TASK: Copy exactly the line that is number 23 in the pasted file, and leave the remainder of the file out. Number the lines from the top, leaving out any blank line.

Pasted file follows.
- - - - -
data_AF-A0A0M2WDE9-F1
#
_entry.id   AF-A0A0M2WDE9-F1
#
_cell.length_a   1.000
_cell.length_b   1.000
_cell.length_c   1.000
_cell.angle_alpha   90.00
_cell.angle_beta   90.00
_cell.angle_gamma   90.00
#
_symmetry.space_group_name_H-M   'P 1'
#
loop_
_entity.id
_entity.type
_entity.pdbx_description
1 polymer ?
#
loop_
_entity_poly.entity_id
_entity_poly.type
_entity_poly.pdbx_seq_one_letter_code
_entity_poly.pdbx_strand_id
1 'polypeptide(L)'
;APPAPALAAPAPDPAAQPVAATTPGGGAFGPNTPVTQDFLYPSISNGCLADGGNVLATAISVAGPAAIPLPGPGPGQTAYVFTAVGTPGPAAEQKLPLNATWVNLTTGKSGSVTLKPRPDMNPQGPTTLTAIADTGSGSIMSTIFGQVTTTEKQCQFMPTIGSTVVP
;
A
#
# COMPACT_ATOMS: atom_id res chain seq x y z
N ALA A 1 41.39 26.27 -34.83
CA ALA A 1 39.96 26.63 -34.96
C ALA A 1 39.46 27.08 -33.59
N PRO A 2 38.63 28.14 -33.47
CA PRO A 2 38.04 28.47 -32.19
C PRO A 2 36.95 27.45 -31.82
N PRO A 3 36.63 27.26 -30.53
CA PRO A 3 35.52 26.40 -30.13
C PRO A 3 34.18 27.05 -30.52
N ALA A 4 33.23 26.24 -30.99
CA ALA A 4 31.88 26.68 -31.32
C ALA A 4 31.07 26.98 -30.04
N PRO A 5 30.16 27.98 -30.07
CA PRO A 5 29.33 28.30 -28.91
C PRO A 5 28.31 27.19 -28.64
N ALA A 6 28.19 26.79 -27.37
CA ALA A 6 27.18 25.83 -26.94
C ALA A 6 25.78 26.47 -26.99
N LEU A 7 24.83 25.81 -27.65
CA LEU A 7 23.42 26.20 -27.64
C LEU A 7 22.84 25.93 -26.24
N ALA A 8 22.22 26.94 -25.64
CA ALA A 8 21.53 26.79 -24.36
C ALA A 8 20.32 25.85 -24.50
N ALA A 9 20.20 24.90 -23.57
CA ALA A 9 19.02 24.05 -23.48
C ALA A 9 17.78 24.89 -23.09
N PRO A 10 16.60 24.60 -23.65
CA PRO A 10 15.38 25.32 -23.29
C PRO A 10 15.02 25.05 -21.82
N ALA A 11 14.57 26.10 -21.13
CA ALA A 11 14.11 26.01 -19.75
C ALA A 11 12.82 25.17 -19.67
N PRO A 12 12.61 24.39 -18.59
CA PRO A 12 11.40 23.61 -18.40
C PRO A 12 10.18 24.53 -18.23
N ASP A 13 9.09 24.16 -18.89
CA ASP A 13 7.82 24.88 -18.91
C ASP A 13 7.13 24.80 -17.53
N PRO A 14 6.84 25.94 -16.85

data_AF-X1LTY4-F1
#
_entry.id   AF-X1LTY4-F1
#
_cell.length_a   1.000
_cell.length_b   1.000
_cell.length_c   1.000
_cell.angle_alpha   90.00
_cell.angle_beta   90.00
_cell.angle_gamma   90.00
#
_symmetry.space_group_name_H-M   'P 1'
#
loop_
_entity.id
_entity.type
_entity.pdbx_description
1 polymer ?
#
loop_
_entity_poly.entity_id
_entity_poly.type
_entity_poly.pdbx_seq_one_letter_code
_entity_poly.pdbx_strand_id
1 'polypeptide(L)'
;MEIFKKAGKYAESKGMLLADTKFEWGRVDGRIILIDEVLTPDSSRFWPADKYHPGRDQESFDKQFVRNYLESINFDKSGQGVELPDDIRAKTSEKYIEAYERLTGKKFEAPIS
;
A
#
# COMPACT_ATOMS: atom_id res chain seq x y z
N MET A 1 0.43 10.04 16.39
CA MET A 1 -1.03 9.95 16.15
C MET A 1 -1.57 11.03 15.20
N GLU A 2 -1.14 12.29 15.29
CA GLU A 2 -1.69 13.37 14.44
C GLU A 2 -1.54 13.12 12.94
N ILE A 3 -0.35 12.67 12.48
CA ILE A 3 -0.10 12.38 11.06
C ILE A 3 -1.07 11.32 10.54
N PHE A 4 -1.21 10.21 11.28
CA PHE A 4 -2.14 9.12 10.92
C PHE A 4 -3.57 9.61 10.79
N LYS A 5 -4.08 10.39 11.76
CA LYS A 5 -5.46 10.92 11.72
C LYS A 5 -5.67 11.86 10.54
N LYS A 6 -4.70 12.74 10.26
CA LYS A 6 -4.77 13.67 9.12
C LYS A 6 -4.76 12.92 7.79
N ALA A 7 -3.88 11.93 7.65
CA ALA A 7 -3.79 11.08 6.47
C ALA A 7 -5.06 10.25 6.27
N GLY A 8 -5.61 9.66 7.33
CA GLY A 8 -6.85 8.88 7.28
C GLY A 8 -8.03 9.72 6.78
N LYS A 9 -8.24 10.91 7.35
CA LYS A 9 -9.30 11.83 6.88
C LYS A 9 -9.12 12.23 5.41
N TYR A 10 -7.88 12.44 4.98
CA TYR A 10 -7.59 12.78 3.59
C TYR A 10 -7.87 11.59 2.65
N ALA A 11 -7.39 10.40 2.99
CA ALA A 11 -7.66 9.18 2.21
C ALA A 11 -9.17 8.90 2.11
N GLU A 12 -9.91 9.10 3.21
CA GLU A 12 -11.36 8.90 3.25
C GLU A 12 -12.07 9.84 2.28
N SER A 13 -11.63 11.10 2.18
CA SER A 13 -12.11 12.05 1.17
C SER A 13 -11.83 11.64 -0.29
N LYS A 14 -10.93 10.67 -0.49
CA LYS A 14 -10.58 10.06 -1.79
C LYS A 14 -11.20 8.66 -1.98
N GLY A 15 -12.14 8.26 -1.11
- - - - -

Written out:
_entity_poly.pdbx_seq_one_letter_code